Friday, May 6, 2016

How Has The "Model" Free Trade Agreement with Korea Worked Out?

Free trade agreements, like neoliberal economic policy, are faith-based policies that are promoted by both the business interests that benefit from them and economic policy-makers captured by the ideology of mainstream economic thought, in spite of the overwhelming evidence for their negative consequences (for the larger economy and the working population).

Obama has been working overtime in support of the Trans Pacific Partnership (TPP) but as reported by Lori Wallach of Public Citizen’s Global Trade Watch, there is now more damning evidence for the utter misinformation (lie?) about these trade agreements.

“Today’s alarming fourth-year trade data on President Obama’s U.S.-Korea Free Trade Agreement (FTA) arrived just as the Obama administration has started its hard sell to pass the Trans-Pacific Partnership (TPP). And that is a real problem for the White House.

The Korea deal served as the U.S. template for the TPP, with significant TPP text literally cut and pasted from the Korea agreement. And the Obama administration sold the Korea deal with the same “more exports, more jobs” promises now being employed to sell TPP.

And since then, our trade deficit with Korea more than doubled as imports surged and exports declined. The increase in the U.S. trade deficit with Korea equates to the loss of more than 106,000 American jobs in the first four years of the Korea FTA, counting both exports and imports, according to the trade-jobs ratio that the Obama administration used to promise at least 70,000 job gains from the deal.”

Thursday, April 28, 2016

Fallacious Logic Informs St Johns River Dredging Project

The most recent development in the ongoing contention over the proposed St Johns River dredging/deepening has the St Johns Riverkeeper filing a legal challenge to block state permitting of the project. While much of the debate over the project has revolved around the environmental impact, and the classic tradeoff between environmental protection and economic growth, there is an even more fundamental question worth asking -- what is the likelihood that the presumed economic gains in jobs and revenue will be realized if the project actually comes to fruition? On that score, one can file a logical challenge against the project and its proponents who repeatedly commit a fundamental logical socio-economic fallacy known as “the fallacy of composition”.

This logical fallacy plagues many proposed economic development panaceas. The tendency is to isolate a single case, in this instance Jacksonville’s port, showing how investing in an infrastructural enhancement will make the port more competitive and result in positive economic benefits. But what appears as individually rational -- for a port to seek public funds in order to finance infrastructural expansion and meet the demands of carriers and shippers – may in fact be collectively irrational. This is because Jaxport is not the only port engaging in this activity. Every major port on the East coast is or will be as deep, or deeper, than Jacksonville. Once one considers the larger east coast port population, all pursuing the same strategies and competing for the same limited amount of containerized cargo, it should be obvious that the result will not be equally beneficial for all parties. Some will be more successful than others based on existing and cumulative advantages; and, collectively, scarce public funds will be expended on redundant infrastructure resulting in overcapacity and underutilization.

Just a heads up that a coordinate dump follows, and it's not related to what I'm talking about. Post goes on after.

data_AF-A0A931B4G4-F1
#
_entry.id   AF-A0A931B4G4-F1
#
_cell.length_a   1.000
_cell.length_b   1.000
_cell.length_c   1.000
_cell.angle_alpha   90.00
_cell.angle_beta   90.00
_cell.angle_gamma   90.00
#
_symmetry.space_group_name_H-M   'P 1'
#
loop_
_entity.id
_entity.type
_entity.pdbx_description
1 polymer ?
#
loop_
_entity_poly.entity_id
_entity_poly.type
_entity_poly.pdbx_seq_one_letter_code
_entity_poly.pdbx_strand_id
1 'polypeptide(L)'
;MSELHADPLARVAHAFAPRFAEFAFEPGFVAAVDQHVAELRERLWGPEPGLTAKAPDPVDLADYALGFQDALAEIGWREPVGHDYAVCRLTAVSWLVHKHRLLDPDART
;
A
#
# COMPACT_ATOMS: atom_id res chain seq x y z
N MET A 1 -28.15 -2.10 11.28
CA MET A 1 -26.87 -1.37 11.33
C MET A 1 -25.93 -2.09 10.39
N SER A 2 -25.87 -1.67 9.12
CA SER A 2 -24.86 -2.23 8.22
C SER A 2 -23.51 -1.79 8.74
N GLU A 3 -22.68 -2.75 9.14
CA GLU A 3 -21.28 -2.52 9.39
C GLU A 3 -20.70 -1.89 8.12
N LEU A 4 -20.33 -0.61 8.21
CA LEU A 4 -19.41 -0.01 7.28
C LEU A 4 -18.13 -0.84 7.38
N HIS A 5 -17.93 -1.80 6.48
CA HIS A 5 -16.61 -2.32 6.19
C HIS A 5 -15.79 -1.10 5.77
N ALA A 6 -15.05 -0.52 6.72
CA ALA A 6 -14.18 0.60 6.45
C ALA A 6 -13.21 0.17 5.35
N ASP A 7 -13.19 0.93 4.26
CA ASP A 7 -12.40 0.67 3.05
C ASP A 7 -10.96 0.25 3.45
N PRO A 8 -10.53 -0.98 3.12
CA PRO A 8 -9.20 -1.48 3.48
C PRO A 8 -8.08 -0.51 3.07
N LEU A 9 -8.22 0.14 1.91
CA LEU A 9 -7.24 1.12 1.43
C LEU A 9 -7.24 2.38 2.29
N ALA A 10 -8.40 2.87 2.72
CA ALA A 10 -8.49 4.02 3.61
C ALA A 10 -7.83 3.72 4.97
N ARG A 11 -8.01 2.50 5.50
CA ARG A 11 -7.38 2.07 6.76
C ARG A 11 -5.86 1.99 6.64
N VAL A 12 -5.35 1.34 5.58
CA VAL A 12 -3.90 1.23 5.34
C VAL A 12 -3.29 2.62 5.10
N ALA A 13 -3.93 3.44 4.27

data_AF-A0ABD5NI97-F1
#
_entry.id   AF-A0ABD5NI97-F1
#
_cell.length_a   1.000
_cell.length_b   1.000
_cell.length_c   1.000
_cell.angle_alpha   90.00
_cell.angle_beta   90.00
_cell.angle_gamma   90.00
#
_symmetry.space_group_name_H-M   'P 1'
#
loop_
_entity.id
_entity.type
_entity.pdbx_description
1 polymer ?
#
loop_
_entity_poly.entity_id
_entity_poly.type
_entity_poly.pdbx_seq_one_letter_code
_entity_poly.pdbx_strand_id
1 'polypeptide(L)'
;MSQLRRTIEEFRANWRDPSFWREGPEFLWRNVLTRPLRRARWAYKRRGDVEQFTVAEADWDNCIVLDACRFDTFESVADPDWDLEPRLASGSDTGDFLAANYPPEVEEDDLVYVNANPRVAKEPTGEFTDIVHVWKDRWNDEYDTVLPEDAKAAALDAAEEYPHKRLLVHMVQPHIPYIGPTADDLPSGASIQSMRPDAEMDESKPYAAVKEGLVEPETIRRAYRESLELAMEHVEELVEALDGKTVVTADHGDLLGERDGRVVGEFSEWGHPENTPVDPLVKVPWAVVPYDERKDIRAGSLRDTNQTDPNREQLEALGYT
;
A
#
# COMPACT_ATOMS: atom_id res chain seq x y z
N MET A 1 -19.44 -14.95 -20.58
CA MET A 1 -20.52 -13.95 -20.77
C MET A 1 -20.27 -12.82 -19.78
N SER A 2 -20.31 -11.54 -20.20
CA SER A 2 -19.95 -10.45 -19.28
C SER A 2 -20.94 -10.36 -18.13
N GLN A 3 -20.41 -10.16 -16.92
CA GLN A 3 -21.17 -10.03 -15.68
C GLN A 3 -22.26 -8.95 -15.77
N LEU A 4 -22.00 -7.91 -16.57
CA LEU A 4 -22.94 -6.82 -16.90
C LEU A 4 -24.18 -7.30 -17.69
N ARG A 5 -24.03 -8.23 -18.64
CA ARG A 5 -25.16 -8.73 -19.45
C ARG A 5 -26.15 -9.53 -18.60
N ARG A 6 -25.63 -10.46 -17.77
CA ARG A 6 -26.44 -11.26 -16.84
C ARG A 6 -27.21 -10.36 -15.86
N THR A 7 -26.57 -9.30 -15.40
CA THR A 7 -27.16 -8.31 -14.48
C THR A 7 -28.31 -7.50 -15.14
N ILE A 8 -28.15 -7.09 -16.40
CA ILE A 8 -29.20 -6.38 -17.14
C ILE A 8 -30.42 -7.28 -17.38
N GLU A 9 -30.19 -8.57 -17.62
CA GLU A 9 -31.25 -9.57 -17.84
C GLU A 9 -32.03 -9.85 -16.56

Avoiding the fallacy of composition would have led the Army Corp of Engineers to conduct a multiport analysis in determining the wisdom of recommending the St Johns River dredging/deepening project (but they did not). Understanding the fallacy of composition would make clear that when every port seeks to gain an advantage through costly infrastructure and channel deepening it will inevitably result in “destructive competition” where no net competitive advantage is gained by any port, while the bargaining position of the shippers and global carriers is strengthened. As one study of port competition concludes: “…interport competition results in an unnecessary and unrewarded transfer of wealth from local taxpayers and users to global firms.”

There is a second similarly relevant socio-economic fallacy known as Say’s Law -- that supply will create its own demand. This has been translated into the equally fallacious assumption made by advocates of the deepening project that “if we dredge, they will come”. But supplying a container terminal and deep water will not automatically produce a demand for port services, as that is contingent not only on the state of global trade but decisions made by the shippers and carriers, who, it turns out, have expressed a clear preference for Savannah and Charleston over Jacksonville.

Finally, one would be remiss if they did not make reference to the more well-known concept of “opportunity cost”. This refers to the lost benefit or value of an activity not undertaken because another course of action is pursued. As it pertains to the river deepening, one might consider whether the estimated $400 million local share of total project cost would be better directed toward an alternative form of public investment that might generate greater benefits for the citizens of Duval county, such as improved public transportation.

In short, one does not need to conduct a technical econometric analysis in order to assess or challenge the logical shortcomings of the proposed dredging project. It is remarkable, but not entirely surprising, that paid consultants conducting economic impact studies would overlook these fundamental, but inconvenient, socio-economic principles. What will be more inexcusable is if public officials actually decide to expend scarce taxpayer resources, in a time of severe fiscal strain, on such a highly speculative megaproject.

Friday, April 22, 2016

Jacksonville Oligarchy

The pattern of autocratic candidate selection should now be depressingly familiar to the citizens of Jacksonville. A political office opens up; a narrow wealthy elite segment of the population, or usually just one single member of the elite known as the “local kingmaker”, endorses a candidate; said candidate immediately becomes the odds on favorite to capture the election, and invariably emerges victorious.

The wishes and desires of the demos – that is, the participation of the people on whom democracy presumably rests – play absolutely no role in this process. We saw this with the endorsement of Mayor Brown, the anointment of Mayor Curry, and now it is playing out with lightening quick speed in the open 4th Congressional seat recently vacated by Ander Crenshaw. Former Sheriff John Rutherford has been chosen by the local powers that be. Case closed; citizens and democracy be damned.